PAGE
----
A Great Sound for a Great Gig

Last week I saw Belle & Sebastian at The Roundhouse in London. I can honestly say that it was one of the best gigs I’ve ever been to. First of all it had the factors that all great gigs seem to share:

  • It contained a good mixture of songs from the whole of their career – singles, album tracks, old and new (unlike some people)
  • The band seemed to really be enjoying themselves
  • So did the audience

There were also a couple of surprises thrown in, from audience participation to a rendition of the Ski Sunday theme tune (!), which just added to the fun.

But one of the best things about it was the quality of the sound: it was the second best sounding gig I’ve ever been to (and first place is taken by another Belle & Sebastian gig I went to a few years ago). It was loud, but not so loud that the audio was distorted. It was loud, but not so loud that I left with my ears ringing. It was loud, but not so loud that you couldn’t distinguish the sound of each and every one of the thirteen (!!) people on stage.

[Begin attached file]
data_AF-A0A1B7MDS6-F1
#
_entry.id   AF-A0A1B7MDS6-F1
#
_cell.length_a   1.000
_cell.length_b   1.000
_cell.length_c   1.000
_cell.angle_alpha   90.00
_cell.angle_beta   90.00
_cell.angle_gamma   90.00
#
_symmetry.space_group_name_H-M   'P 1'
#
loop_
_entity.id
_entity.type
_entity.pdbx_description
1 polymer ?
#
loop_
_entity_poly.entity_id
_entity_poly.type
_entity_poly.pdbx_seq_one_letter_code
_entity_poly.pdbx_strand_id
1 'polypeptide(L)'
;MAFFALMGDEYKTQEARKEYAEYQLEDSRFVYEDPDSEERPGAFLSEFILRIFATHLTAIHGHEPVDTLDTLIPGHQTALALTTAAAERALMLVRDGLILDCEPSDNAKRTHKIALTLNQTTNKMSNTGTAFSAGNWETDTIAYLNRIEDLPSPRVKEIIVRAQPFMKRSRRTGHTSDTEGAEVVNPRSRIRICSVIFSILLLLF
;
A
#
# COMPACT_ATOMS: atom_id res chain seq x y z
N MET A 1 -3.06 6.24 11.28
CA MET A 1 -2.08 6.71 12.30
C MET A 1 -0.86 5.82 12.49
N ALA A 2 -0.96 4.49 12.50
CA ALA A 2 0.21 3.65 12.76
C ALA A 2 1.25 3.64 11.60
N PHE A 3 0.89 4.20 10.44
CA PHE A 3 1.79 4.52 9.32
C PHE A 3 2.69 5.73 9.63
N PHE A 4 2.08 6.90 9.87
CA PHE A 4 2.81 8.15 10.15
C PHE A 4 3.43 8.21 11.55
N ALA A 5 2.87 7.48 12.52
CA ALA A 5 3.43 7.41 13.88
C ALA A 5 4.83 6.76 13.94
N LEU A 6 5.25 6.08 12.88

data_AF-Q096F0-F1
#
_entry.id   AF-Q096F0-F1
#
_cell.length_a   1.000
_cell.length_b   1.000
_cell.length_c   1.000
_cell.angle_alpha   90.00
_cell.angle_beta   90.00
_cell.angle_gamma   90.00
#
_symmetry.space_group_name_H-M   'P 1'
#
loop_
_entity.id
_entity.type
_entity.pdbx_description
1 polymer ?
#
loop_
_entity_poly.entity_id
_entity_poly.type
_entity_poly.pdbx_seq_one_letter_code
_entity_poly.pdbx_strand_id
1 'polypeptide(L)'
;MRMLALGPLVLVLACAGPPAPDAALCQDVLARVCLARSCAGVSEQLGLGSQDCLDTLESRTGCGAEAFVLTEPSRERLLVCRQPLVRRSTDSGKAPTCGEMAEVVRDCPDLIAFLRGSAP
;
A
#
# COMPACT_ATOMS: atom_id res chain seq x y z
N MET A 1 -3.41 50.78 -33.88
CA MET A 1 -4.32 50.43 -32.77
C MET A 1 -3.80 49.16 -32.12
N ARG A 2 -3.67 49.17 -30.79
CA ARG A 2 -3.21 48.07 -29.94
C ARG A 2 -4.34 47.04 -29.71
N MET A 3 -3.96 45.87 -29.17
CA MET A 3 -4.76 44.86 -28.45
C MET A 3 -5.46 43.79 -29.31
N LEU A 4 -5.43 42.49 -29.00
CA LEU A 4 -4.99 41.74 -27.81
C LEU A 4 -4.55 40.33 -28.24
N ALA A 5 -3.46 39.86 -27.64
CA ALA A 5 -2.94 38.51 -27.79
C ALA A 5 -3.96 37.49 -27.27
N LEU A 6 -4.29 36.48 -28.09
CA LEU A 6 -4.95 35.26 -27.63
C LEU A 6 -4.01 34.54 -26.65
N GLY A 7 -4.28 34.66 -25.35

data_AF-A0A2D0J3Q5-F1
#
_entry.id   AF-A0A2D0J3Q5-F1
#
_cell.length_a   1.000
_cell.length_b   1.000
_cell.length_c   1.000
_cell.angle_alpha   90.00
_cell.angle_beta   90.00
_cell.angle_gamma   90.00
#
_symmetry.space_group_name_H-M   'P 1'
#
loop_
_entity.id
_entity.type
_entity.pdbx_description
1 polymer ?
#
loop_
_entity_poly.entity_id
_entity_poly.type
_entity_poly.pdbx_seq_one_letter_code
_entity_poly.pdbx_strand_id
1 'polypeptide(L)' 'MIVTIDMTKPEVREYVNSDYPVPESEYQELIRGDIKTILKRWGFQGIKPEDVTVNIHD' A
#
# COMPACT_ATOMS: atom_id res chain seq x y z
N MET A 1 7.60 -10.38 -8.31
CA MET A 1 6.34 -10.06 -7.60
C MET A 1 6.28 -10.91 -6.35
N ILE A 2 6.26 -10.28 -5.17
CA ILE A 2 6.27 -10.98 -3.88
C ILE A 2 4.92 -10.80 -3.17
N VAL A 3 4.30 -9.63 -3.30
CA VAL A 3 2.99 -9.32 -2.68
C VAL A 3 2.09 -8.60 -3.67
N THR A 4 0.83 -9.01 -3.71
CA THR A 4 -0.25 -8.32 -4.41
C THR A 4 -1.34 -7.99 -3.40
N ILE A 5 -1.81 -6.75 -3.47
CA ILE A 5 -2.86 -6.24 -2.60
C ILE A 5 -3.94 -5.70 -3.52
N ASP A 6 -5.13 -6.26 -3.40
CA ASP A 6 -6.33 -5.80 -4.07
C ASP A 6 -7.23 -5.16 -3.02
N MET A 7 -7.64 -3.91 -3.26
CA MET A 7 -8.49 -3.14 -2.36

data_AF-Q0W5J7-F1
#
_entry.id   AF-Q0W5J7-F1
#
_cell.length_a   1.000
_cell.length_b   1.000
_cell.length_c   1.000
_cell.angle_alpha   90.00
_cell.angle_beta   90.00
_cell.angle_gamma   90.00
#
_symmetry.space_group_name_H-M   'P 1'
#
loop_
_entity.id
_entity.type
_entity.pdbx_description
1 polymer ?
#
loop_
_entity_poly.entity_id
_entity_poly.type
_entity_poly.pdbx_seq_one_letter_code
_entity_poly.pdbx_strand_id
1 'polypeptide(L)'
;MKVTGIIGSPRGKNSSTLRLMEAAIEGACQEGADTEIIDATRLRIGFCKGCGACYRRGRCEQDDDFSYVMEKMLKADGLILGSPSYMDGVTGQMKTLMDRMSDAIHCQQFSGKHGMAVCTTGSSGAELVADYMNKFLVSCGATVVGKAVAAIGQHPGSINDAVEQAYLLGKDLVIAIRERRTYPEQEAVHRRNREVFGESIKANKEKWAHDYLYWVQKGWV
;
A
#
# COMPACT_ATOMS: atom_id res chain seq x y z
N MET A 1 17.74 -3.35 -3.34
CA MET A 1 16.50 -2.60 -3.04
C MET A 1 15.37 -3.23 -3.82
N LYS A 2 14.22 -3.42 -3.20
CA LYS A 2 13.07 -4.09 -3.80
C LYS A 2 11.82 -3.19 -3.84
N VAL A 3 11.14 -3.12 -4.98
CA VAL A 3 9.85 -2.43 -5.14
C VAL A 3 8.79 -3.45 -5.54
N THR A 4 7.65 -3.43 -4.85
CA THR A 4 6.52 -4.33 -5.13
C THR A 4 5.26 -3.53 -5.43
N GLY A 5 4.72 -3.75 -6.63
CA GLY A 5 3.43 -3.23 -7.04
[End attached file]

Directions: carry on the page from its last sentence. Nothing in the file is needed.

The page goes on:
I really wish more bands and engineers would take the time and effort to turn it down a little. You may be the world’s greatest lyricist, or a wonderful guitarist, but if your sound is indistinguishable from the rest of the mushy, distorted audio being forced through speakers which have no headroom left, you’re doing both yourself and your audience an injustice.

But huge thanks to B&S for a great gig and great sound. I’ll definitely try to catch you on your next tour.

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